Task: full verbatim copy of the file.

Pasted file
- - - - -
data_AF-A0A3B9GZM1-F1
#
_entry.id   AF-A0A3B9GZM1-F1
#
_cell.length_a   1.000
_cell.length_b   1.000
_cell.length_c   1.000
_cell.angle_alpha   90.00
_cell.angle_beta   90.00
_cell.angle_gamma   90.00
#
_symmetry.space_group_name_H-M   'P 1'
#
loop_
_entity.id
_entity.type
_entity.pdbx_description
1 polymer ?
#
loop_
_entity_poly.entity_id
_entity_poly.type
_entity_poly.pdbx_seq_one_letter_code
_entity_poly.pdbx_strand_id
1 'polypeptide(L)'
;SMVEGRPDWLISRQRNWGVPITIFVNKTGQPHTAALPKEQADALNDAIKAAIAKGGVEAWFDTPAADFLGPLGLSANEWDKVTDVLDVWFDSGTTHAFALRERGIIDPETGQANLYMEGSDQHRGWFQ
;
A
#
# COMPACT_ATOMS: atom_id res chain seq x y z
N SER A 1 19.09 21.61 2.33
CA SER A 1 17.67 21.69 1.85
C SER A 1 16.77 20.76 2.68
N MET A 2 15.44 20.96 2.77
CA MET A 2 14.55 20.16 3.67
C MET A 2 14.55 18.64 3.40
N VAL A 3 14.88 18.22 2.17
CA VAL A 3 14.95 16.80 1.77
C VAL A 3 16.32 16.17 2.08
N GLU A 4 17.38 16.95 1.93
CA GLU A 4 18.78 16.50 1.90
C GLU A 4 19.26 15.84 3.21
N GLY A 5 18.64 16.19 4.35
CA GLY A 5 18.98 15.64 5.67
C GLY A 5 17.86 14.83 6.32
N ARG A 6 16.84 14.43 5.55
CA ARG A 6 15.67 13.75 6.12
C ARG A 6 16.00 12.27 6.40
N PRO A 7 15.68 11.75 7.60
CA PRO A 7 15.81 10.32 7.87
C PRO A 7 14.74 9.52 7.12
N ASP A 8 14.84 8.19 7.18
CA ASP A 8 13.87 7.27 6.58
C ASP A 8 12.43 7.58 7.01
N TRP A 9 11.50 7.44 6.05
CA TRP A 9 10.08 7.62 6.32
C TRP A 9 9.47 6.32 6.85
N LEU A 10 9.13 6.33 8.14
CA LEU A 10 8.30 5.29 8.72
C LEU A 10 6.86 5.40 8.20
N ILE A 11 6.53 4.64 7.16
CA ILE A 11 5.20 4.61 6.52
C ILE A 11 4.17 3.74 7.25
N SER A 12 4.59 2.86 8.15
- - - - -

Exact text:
data_AF-A0A3B9GZM1-F1
#
_entry.id   AF-A0A3B9GZM1-F1
#
_cell.length_a   1.000
_cell.length_b   1.000
_cell.length_c   1.000
_cell.angle_alpha   90.00
_cell.angle_beta   90.00
_cell.angle_gamma   90.00
#
_symmetry.space_group_name_H-M   'P 1'
#
loop_
_entity.id
_entity.type
_entity.pdbx_description
1 polymer ?
#
loop_
_entity_poly.entity_id
_entity_poly.type
_entity_poly.pdbx_seq_one_letter_code
_entity_poly.pdbx_strand_id
1 'polypeptide(L)'
;SMVEGRPDWLISRQRNWGVPITIFVNKTGQPHTAALPKEQADALNDAIKAAIAKGGVEAWFDTPAADFLGPLGLSANEWDKVTDVLDVWFDSGTTHAFALRERGIIDPETGQANLYMEGSDQHRGWFQ
;
A
#
# COMPACT_ATOMS: atom_id res chain seq x y z
N SER A 1 19.09 21.61 2.33
CA SER A 1 17.67 21.69 1.85
C SER A 1 16.77 20.76 2.68
N MET A 2 15.44 20.96 2.77
CA MET A 2 14.55 20.16 3.67
C MET A 2 14.55 18.64 3.40
N VAL A 3 14.88 18.22 2.17
CA VAL A 3 14.95 16.80 1.77
C VAL A 3 16.32 16.17 2.08
N GLU A 4 17.38 16.95 1.93
CA GLU A 4 18.78 16.50 1.90
C GLU A 4 19.26 15.84 3.21
N GLY A 5 18.64 16.19 4.35
CA GLY A 5 18.98 15.64 5.67
C GLY A 5 17.86 14.83 6.32
N ARG A 6 16.84 14.43 5.55
CA ARG A 6 15.67 13.75 6.12
C ARG A 6 16.00 12.27 6.40
N PRO A 7 15.68 11.75 7.60
CA PRO A 7 15.81 10.32 7.87
C PRO A 7 14.74 9.52 7.12
N ASP A 8 14.84 8.19 7.18
CA ASP A 8 13.87 7.27 6.58
C ASP A 8 12.43 7.58 7.01
N TRP A 9 11.50 7.44 6.05
CA TRP A 9 10.08 7.62 6.32
C TRP A 9 9.47 6.32 6.85
N LEU A 10 9.13 6.33 8.14
CA LEU A 10 8.30 5.29 8.72
C LEU A 10 6.86 5.40 8.20
N ILE A 11 6.53 4.64 7.16
CA ILE A 11 5.20 4.61 6.52
C ILE A 11 4.17 3.74 7.25
N SER A 12 4.59 2.86 8.15